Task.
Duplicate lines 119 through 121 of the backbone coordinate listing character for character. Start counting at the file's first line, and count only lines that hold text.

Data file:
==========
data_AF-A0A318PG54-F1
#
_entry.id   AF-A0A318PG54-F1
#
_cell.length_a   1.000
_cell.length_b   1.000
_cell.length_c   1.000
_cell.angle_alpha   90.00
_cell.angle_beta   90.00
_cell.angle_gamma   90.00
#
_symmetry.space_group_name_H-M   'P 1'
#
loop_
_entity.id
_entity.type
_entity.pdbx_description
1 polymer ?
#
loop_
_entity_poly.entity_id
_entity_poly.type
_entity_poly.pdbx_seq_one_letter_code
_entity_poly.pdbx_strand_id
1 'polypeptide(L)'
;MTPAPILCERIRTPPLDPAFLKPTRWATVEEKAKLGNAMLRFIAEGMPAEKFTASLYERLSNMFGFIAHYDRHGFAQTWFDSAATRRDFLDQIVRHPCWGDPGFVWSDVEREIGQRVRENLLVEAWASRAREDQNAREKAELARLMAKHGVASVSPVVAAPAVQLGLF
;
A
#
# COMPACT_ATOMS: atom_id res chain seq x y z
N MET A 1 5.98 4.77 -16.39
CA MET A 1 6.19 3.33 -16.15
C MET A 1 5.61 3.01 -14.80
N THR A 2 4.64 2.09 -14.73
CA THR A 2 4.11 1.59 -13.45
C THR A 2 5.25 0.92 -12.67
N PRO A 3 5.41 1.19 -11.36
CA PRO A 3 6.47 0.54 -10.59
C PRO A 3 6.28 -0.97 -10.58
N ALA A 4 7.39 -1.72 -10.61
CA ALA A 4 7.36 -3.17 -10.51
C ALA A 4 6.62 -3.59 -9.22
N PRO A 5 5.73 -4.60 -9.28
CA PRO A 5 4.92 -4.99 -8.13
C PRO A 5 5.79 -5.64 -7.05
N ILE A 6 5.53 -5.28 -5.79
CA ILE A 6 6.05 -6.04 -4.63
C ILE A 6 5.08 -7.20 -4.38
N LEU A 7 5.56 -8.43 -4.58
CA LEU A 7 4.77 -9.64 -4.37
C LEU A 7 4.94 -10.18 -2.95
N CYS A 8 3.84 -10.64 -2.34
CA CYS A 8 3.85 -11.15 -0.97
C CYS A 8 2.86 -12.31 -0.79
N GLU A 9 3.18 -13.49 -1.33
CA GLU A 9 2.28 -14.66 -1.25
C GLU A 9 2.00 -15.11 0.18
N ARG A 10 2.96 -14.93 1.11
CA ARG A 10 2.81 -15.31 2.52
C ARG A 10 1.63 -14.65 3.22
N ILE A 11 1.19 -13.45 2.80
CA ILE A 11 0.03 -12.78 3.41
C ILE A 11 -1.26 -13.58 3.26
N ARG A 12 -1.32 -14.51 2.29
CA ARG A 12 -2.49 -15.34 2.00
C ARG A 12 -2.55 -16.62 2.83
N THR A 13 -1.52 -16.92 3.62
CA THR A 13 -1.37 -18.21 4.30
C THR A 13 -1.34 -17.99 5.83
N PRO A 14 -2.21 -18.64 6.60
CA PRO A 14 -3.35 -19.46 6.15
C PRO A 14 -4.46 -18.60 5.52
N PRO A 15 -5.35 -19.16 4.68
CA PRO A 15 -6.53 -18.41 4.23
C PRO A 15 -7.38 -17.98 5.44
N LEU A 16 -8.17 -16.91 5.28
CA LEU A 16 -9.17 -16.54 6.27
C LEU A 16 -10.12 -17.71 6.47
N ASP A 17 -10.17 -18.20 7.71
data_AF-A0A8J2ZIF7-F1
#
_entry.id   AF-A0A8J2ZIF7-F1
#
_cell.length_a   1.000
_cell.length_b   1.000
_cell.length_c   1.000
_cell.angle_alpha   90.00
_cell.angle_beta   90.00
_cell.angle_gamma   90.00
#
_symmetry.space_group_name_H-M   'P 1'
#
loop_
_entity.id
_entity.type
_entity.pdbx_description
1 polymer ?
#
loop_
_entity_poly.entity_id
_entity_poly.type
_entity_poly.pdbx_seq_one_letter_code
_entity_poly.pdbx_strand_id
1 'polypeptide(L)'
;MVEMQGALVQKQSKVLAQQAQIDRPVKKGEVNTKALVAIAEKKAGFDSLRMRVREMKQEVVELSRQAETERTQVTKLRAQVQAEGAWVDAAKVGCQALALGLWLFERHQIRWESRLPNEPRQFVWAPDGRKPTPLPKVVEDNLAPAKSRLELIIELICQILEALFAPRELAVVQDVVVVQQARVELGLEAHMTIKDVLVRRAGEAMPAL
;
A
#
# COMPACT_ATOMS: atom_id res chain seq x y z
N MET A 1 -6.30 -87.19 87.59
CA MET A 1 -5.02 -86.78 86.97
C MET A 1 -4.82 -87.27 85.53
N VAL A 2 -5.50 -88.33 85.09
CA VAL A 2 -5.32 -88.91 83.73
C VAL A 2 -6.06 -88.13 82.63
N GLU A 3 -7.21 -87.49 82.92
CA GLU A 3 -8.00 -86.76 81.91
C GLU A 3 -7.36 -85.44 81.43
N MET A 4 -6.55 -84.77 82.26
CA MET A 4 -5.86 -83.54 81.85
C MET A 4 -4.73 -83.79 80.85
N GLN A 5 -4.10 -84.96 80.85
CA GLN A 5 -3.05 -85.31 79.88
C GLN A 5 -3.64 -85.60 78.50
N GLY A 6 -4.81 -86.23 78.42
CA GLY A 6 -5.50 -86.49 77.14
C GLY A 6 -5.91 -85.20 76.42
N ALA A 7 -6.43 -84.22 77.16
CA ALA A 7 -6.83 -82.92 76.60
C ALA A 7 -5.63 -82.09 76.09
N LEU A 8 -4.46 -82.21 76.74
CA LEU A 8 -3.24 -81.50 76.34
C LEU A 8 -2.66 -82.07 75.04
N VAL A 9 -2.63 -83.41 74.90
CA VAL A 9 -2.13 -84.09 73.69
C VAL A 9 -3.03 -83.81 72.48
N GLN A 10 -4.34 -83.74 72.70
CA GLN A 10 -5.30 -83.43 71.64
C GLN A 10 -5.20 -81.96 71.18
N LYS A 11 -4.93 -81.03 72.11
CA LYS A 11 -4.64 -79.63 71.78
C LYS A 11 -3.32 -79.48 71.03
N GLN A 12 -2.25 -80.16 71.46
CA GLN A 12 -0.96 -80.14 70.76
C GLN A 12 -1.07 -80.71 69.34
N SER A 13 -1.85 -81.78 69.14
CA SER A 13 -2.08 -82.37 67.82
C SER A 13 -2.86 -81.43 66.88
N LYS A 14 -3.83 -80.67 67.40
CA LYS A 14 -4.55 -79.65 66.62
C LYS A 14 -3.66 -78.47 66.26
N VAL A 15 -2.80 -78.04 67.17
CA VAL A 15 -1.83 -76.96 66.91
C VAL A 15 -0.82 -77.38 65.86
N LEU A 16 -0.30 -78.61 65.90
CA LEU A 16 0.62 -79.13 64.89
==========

N MET A 4 -6.55 -84.77 82.26
CA MET A 4 -5.86 -83.54 81.85
C MET A 4 -4.73 -83.79 80.85